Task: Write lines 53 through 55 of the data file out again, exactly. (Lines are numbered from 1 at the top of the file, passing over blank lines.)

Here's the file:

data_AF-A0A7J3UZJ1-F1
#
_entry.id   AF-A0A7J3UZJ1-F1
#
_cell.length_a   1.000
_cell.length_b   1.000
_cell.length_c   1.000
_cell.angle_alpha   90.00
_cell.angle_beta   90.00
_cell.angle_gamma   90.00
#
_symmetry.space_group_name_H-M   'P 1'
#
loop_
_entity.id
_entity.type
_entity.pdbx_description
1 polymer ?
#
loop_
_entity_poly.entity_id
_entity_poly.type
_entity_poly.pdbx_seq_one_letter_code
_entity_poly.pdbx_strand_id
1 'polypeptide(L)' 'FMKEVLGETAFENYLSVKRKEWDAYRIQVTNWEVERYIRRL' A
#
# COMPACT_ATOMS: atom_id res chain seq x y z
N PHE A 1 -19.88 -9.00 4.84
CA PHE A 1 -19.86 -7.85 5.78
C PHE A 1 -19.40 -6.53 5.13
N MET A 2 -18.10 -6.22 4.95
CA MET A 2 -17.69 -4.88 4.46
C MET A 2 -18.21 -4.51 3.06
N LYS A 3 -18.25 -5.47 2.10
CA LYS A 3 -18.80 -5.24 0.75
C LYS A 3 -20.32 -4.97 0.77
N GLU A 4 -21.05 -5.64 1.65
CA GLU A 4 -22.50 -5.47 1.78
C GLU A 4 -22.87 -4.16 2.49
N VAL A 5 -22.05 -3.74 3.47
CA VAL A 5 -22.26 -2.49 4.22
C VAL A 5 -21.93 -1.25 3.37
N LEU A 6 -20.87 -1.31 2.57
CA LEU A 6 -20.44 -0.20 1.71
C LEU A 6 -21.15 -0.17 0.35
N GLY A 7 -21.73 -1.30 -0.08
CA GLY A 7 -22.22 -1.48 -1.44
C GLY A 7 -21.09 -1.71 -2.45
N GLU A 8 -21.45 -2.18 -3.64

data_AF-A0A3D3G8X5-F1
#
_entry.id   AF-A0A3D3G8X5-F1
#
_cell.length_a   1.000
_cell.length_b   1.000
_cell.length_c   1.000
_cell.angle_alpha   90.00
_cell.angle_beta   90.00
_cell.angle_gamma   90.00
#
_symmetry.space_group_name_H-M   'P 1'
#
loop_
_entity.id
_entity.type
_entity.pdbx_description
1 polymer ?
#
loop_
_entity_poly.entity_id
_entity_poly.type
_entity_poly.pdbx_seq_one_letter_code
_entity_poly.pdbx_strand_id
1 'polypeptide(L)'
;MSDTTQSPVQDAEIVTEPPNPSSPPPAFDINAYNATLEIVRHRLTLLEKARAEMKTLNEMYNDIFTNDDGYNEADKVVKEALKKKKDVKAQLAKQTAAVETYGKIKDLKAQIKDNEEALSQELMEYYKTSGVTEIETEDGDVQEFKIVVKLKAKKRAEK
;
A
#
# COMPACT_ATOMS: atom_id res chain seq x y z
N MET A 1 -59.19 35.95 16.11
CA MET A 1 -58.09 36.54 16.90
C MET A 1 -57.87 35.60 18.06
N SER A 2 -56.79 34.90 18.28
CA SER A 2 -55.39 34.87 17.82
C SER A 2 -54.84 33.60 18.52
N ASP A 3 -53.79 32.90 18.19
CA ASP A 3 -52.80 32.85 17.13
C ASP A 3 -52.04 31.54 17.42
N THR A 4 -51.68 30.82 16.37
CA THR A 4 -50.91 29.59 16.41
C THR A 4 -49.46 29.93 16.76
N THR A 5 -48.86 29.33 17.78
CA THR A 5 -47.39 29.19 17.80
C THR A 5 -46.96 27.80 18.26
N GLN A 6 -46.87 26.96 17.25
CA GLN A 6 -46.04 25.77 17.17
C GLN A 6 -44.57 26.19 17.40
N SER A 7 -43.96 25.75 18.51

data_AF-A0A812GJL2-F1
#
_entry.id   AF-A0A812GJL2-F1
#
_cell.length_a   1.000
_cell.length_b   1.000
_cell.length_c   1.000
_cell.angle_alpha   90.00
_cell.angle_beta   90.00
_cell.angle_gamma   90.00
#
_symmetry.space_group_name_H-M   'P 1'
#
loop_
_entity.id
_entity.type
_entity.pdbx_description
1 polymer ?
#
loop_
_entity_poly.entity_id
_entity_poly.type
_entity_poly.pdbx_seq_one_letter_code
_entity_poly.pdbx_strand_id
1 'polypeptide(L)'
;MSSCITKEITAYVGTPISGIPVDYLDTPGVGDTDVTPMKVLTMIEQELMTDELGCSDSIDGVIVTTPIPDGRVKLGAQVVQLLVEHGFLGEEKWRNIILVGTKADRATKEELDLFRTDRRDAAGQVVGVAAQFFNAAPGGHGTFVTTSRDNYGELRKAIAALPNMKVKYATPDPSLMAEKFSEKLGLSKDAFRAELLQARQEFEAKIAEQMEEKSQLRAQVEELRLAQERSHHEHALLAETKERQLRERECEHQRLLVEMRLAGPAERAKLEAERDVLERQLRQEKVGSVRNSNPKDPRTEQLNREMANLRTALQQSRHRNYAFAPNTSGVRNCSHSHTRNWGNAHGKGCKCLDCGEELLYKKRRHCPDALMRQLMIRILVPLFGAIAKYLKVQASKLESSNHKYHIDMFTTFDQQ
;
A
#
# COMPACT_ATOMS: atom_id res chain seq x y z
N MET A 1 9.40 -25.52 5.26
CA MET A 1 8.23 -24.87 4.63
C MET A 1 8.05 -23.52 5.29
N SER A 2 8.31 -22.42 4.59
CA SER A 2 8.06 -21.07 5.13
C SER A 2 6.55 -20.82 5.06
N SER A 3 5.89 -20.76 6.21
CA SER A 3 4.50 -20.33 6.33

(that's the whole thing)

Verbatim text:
#
_cell.length_a   1.000
_cell.length_b   1.000